When cubital tunnel syndrome is nonresponsive to conservative treatment, a surgical procedure called Ulnar Nerve Transposition is performed in order to relieve the pressure on the ulnar nerve. This is accomplished by moving the ulnar nerve to the front of the elbow and placing it beneath a muscle layer, which in turn protects it from the bony groove when the elbow bends. This location under the muscle also provides the nerve with added protection from injury. The procedure makes necessary adjustments to the new site of the ulnar nerve, in order to prevent compression in its new location.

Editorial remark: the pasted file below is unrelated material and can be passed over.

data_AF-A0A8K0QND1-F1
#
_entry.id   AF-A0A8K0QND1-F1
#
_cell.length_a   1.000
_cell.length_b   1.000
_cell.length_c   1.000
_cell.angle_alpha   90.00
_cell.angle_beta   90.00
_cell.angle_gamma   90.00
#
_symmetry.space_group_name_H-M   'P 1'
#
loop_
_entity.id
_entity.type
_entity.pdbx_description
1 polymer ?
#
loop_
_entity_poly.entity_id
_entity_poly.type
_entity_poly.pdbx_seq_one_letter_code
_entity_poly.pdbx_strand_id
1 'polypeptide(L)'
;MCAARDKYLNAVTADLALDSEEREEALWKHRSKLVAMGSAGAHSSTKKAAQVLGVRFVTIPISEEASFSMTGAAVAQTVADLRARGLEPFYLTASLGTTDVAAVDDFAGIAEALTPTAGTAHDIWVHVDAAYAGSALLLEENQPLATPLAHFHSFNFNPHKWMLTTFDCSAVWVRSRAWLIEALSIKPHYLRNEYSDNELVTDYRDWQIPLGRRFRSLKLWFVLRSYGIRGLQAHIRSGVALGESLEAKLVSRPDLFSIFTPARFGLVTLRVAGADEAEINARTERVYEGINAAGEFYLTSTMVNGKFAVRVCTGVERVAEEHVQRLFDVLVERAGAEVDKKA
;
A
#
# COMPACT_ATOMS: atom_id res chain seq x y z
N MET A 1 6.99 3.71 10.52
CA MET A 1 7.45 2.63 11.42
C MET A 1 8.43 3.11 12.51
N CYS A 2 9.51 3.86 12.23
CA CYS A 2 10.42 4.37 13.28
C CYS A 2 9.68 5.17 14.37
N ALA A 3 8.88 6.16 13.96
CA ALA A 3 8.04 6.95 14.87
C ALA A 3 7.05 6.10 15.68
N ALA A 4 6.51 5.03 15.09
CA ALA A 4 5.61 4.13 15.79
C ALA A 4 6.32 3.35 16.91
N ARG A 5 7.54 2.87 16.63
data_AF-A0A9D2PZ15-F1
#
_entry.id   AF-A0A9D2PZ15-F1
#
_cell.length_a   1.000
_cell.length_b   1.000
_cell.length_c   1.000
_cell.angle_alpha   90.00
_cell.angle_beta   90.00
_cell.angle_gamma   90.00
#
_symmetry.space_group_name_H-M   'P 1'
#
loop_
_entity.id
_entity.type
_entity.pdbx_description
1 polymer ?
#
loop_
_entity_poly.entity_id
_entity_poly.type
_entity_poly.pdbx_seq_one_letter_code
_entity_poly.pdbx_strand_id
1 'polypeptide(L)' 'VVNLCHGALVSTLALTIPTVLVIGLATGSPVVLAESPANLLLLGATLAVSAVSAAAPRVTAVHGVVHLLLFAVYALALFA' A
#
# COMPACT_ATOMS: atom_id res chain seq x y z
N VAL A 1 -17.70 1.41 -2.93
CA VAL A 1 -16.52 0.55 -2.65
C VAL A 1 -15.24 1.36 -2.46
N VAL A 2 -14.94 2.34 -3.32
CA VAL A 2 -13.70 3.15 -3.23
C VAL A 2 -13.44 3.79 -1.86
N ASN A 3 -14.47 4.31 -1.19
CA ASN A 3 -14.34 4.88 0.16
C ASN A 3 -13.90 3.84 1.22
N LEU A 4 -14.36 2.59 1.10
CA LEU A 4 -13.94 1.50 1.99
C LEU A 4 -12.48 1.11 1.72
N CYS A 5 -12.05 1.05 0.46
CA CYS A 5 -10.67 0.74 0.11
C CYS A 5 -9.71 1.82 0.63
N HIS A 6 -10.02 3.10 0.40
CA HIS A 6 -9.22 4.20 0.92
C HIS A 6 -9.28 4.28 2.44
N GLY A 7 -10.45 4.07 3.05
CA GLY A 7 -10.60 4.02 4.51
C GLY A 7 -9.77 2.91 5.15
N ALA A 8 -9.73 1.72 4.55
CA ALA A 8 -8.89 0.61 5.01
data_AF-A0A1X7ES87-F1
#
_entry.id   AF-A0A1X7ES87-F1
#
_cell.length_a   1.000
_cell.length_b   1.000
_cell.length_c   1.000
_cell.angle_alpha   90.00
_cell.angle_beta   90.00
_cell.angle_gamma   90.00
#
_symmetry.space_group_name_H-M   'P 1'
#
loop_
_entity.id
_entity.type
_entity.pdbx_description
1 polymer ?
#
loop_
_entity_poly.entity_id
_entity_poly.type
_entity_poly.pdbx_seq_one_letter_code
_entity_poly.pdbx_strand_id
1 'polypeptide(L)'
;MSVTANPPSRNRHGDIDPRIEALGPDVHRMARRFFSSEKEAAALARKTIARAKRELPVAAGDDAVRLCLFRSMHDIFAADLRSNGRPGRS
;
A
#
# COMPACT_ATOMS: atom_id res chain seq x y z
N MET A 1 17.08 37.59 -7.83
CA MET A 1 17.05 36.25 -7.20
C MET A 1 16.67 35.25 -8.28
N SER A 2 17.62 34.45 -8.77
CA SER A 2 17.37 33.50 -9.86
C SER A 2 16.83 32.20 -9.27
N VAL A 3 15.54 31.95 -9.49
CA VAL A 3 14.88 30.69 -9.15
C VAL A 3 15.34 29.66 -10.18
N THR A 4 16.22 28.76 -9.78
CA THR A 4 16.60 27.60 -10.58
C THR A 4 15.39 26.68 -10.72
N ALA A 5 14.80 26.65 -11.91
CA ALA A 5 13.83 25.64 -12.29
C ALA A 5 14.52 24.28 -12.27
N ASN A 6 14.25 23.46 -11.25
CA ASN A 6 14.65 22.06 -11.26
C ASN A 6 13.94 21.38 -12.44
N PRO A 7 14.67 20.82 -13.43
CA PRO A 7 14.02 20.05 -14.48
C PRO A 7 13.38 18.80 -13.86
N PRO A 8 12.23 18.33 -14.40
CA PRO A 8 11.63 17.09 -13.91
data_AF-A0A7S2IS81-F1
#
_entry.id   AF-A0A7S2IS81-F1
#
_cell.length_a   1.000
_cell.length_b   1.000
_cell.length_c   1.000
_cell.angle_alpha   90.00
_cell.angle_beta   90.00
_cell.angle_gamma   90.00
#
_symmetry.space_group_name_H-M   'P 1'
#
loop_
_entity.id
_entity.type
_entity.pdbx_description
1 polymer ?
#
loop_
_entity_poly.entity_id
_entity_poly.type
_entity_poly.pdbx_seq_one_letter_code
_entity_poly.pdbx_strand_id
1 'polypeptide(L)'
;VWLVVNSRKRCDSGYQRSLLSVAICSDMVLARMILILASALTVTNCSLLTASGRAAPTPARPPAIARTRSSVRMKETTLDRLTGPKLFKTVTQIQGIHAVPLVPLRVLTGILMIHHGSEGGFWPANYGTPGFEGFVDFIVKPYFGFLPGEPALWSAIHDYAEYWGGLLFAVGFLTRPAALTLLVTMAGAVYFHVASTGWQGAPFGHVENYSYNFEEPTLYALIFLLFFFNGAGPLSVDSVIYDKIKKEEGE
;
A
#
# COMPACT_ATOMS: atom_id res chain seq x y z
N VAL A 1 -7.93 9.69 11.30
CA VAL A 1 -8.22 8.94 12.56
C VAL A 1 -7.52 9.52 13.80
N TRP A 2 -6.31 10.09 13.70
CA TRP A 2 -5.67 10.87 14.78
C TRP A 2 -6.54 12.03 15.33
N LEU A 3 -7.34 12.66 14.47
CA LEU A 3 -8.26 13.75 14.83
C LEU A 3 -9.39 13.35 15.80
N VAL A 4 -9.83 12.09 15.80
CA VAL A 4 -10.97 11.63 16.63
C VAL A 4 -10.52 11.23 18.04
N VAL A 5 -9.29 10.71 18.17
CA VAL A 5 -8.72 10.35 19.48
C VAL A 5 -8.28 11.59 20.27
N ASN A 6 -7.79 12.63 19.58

Beginning with an incision along the backside of the elbow with special care given to the nerves in the area, the bands of pressure entrapping the ulnar nerve are then identified and released. Muscle is then lifted from the bone and an area void of future nerve compression is created. Any scar tissue or other damage evident in the area is addressed and the opening is closed with sutures.

A recovery period is followed by rehabilitative and strengthening exercises, in order to rebuild muscle function and promote nerve regrowth.